Lg oledc8p review lg’s oled takes commanding first-half lead for best 2018 tv – cnet electricity 101 episode 1

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The C8 is the cheapest this year with LG’s new Alpha 9 processor, something that will be missing from the B8 when it appears this summer. But the B8 will be less expensive. And that processor isn’t worth much extra money in terms of real-world performance, from what I’ve seen. In other words, the B8 is definitely worth waiting for if you want the best price on a 2018 OLED TV.

And for people who just want the best TV, regardless of price, it also pays to wait. Samsung’s Q9 costs more than the C8, but promises a brighter image and the best quantum-dot, local dimming tech that LG’s arch-rival can muster. It’s the only 2018 LCD TV that I think may have a chance to equal an OLED. Meanwhile cheaper models such as the Vizio P-series Quantum could also make a play for videophiles who crave brightness — or fear OLED burn-in.

I’ve loved LG’s minimalist OLED designs in the past, but the 2018 C8 is more of a miss in my book. The included stand is really wide, almost the same width as the panel, and it scoops up to either side. I much preferred the cleaner look of the narrower, angular stand on the C7 from last year.

Of course you could always ditch the stand, wall-mount the TV and bask in its glorious minimalism. There’s less than a half-inch of black frame around the picture itself to the top and sides. Then there’s a bit more below, but no trace of silver, no "LG" or any other logo at all.

Seen in profile, the top portion is razor thin at just a quarter-inch deep. But it has the typical bulge at the bottom that juts out another 1.75 inches. That bulge houses the inputs, power supply, speakers and other depth-eating TV components. It’s plastic, but the backside above it is sheathed in silvery metal.

New for 2018, LG updated the screensaver that appears when the TV isn’t receiving a signal. Now it’s an actual framed picture, including paintings and photographs of landscapes, and the frame itself changes too. My first thought is that LG wants to ape the panache of Samsung’s The Frame in software form. Smart TV: Decent but not innovative

LG’s Web OS menu system feels nice and snappy but it’s basically unchanged from last year. It still lacks the innovative extras and app-based setup of Samsung’s 2018 Tizen system, and falls well short of the app coverage of Roku TV or Sony’s Android TV. If you want more apps, your best bet is to get an external streamer, but it’s worth mentioning that only one, the Apple TV 4K, can support Dolby Vision.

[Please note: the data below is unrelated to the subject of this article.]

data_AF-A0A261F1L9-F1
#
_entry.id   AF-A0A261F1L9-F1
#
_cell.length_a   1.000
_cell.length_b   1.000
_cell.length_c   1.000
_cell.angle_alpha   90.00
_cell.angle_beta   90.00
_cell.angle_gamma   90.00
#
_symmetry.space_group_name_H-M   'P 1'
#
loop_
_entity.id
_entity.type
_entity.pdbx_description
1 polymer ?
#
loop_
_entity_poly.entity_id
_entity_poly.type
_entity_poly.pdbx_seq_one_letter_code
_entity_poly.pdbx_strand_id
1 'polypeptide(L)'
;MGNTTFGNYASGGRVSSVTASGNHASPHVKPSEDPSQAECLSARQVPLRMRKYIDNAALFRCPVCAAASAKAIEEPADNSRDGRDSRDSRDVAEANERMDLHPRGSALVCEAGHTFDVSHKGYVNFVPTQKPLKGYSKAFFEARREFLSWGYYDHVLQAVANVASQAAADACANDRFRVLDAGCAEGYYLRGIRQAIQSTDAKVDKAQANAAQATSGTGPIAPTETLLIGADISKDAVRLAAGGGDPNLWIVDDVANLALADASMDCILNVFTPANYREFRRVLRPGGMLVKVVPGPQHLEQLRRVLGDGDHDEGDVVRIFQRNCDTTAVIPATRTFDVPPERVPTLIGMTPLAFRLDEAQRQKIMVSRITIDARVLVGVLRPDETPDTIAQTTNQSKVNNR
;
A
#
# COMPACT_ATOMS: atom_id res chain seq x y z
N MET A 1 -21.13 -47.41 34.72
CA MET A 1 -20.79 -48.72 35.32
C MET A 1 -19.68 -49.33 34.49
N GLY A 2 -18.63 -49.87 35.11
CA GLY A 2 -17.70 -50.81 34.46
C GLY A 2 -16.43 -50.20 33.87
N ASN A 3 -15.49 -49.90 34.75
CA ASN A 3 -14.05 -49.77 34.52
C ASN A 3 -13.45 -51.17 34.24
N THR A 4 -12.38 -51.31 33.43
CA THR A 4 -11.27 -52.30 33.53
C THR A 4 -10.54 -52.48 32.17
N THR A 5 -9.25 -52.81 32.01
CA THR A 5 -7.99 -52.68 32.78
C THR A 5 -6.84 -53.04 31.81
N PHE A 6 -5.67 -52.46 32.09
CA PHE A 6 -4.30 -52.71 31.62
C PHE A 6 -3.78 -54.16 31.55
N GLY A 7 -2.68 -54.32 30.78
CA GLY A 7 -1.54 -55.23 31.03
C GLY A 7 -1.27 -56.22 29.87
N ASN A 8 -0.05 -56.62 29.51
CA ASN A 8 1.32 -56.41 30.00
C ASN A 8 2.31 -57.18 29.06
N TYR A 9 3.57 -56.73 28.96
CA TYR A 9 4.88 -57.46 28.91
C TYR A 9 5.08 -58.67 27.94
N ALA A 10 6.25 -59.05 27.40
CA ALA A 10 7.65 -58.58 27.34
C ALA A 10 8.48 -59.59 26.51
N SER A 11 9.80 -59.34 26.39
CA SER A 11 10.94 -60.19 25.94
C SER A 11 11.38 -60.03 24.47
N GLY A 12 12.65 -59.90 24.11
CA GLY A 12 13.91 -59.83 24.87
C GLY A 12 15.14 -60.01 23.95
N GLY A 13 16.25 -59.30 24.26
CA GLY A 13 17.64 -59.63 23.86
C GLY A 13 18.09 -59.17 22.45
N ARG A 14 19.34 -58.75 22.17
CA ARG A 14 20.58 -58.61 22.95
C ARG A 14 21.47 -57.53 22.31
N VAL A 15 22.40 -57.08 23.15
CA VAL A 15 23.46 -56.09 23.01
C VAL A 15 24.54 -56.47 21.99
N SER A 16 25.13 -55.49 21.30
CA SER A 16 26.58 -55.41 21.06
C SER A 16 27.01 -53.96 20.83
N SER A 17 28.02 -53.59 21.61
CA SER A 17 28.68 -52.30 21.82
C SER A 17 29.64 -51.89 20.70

The remote is the same as the 2017 model’s. I like using its motion control to whip around the screen, something that’s particularly helpful when signing into apps or searching using an on-screen keyboard. The scroll wheel is also great for moving through apps, like those seemingly infinite thumbnail rows on Netflix and Amazon.

Both of those apps get dedicated launch buttons on the remote, by the way. But unlike Sony’s 2018 remote there’s no special logo-infused key for Google Assistant. LG’s 2018 sets will soon include Assistant, which you can access by pressing the plain-Jane mic button, but it wasn’t yet active when I reviewed the TV. I’ll update this section when I get the chance to test it. Features and connections Key features

Unlike Samsung, LG TVs like the C8 support both major current types of HDR video: Dolby Vision and HDR10. The set also supports HLG HDR as well as Technicolor and Philips’ HDR format. But you should think of them as future-proofing features as there’s no content you can watch in those formats yet. A Technicolor-approved picture mode is also available.

New for 2018, LG’s TVs are also compatible with HFR (high frame rate) video, although only through built-in streaming apps, not on external devices connected by HDMI. The presentation of higher frame rates in a handful of movies — for example, The Hobbit and Billy Lynn’s Long Halftime Walk — is controversial. Many viewers simply don’t like the effect, which can give films a similar look to the much-maligned soap opera effect. That said, it might become more widely accepted in sports and gaming content. Again there’s no HFR content available yet, but LG says it might appear later in 2018.

In addition to its standard burn-in prevention measures, LG’s added one called "Logo Luminance Adjustment." It’s designed to automatically detect a static on-screen logo and, after two minutes, start decreasing its brightness over about a minute and a half, after which the logo should be 20 percent dimmer. CNET’s initial tests of the feature found it does reduce logo brightness a bit, but we don’t expect it to be a cure-all given the relatively mild percentage decrease.